The case concerns an application brought by a Turkish national, Abdullah Öcalan, who was born in 1949. He is the former leader of the Kurdistan Workers’ Party (PKK), proscribed as a terrorist organisation under Turkish law, and is currently incarcerated in İmralı Prison (Bursa, Turkey). At the time of the events in question, the Turkish courts had issued seven warrants for Mr Öcalan’s arrest and a wanted notice (red notice) had been circulated by Interpol. He was accused of founding an armed gang in order to destroy the integrity of the Turkish State and of instigating terrorist acts resulting in loss of life.
On 9 October 1998 he was expelled from Syria, where he had been living for many years. From there he went to Greece, Russia, Italy and then again Russia and Greece before going to Kenya, where, on the evening of 15 February 1999, in disputed circumstances, he was taken on board an aircraft at Nairobi airport and arrested by Turkish officials. He was then flown to Turkey, being kept blindfolded for most of the flight.
On 29 June 1999 Ankara State Security Court found the applicant guilty of carrying out actions calculated to bring about the separation of a part of Turkish territory and of forming and leading an armed gang to achieve that end. It sentenced him to death, under Article 125 of the Criminal Code. That decision was upheld by the Court of Cassation.
Under Law no. 4771, published on 9 August 2002, the Turkish Assembly resolved to abolish the death penalty in peacetime. On 3 October 2002 Ankara State Security Court commuted the applicant’s death sentence to life imprisonment.
An application to set aside the provision abolishing the death penalty in peacetime for persons convicted of terrorist offences was dismissed by the Constitutional Court on 27 December 2002.
The applicant complains that the imposition and/or implementation of the death penalty was or would be in violation of Articles 2 (right to life), 3 (prohibition of ill-treatment) and 14 (prohibition of discrimination) of the Convention; and that the conditions in which he was transferred from Kenya to Turkey and detained on the island of İmralı amounted to inhuman treatment in breach of Article 3. He also complains that he was not brought promptly before a judge and did not have access to proceedings to challenge the lawfulness of his detention, in breach of Article 5 §§ 1, 3 and 4 (right to liberty and security). Under Article 6 § 1 (right to a fair trial) he complains that he was denied a fair trial, in that he was not tried by an independent and impartial tribunal, as one of the judges of the State Security Court was a military judge, the judges were influenced by hostile media reports and his lawyers were not given sufficient access to the court file to enable them to prepare his defence properly. He also complains, under Article 34 (right of individual application), that his legal representatives in Amsterdam were prevented from contacting him after his arrest and/or that the Turkish Government failed to reply to a request by the European Court of Human Rights for information.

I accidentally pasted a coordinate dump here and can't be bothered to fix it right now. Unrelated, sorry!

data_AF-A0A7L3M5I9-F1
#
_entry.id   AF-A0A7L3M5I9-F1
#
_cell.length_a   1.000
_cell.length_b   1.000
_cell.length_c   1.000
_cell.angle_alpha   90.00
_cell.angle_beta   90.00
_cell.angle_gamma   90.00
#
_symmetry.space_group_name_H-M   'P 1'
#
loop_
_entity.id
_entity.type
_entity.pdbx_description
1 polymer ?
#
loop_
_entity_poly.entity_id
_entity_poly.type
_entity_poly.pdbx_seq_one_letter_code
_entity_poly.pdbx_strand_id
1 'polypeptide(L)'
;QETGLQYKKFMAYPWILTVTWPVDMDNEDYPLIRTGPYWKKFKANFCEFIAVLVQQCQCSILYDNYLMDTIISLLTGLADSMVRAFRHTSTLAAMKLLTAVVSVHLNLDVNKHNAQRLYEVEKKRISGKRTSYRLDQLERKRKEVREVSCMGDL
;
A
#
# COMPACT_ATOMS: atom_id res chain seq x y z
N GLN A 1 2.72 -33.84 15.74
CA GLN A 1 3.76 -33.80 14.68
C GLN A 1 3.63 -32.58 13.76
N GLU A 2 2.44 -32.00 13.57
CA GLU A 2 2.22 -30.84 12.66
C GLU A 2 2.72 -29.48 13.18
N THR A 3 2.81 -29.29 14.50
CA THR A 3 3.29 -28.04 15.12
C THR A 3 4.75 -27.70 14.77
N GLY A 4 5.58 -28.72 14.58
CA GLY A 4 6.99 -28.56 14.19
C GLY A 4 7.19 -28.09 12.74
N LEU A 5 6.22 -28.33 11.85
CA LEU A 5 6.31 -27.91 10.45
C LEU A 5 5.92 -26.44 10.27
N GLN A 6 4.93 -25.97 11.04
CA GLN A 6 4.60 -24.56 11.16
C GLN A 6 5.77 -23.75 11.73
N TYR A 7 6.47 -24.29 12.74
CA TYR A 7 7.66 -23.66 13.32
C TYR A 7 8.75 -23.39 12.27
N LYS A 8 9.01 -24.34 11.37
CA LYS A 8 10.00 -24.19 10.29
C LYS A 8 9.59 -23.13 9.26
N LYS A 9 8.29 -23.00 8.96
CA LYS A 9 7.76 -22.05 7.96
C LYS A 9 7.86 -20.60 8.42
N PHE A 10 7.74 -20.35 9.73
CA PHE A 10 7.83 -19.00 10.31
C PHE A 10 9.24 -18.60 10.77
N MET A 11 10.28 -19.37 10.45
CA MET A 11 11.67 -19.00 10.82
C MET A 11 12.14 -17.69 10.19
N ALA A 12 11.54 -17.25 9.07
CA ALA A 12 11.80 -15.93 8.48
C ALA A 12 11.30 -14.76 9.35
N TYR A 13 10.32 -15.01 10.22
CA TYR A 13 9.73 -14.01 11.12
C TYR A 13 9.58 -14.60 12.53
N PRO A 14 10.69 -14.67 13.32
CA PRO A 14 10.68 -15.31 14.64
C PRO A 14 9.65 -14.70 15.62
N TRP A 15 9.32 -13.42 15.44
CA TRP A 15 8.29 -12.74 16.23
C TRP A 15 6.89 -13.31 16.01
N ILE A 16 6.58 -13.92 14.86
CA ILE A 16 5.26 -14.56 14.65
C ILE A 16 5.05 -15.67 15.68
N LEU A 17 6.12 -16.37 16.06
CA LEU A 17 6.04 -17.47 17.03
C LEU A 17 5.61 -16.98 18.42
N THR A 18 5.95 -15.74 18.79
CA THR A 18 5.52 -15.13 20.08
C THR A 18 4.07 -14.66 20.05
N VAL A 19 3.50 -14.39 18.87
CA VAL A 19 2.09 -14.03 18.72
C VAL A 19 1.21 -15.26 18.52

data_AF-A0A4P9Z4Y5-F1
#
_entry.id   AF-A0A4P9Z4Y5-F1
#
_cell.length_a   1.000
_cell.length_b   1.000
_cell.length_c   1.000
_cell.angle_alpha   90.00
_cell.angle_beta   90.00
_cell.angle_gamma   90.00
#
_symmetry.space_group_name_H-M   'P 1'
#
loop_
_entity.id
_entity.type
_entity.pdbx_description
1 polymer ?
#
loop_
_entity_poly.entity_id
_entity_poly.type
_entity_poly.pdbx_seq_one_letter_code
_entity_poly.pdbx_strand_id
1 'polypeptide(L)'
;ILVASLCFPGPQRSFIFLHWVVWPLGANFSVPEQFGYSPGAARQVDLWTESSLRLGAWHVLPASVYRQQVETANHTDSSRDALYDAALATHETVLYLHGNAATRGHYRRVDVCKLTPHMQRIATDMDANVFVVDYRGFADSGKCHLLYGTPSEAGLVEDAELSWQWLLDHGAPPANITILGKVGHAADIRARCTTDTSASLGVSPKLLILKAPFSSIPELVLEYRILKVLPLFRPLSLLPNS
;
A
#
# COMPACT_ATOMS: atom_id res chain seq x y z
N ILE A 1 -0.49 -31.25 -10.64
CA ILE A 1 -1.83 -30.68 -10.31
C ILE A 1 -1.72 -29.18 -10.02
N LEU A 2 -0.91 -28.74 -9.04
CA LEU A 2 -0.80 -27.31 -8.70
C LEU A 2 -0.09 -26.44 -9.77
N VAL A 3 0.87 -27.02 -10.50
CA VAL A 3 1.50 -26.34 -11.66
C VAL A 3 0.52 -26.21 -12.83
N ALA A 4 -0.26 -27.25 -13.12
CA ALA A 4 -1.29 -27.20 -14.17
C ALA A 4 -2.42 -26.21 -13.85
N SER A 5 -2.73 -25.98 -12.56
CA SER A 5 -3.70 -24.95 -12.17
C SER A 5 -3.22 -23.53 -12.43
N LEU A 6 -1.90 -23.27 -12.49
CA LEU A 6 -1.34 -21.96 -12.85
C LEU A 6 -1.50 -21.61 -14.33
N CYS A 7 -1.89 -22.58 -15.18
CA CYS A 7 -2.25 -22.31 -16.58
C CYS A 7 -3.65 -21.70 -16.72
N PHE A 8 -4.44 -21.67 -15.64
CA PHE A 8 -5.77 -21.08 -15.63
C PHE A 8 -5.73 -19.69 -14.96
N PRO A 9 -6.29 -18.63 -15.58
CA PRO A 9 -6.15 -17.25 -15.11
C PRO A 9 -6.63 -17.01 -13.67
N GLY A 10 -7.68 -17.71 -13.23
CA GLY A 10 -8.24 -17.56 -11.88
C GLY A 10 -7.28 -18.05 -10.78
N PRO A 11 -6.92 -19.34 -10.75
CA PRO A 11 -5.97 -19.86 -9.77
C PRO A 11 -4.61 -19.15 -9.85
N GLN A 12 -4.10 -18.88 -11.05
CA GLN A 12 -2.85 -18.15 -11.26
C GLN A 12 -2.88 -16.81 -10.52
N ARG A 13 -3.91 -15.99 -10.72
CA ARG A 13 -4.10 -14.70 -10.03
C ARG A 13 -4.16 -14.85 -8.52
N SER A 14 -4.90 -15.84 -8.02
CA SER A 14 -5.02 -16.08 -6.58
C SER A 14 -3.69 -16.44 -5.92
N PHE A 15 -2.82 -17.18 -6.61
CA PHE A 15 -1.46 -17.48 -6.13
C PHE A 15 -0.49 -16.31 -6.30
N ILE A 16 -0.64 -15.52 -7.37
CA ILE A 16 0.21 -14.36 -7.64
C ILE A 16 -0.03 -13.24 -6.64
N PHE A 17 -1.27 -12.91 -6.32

The applicant further relies on Articles 7 (no punishment without law), 8 (right to respect for family life), 9 (freedom of religion), 10 (freedom of expression), 13 (right to an effective remedy), 14 (prohibition of discrimination) and 18 (limitation on use of restrictions on rights) of the Convention.
(from the official press-release prepared by the Registry Office of the European Court of Human Rights)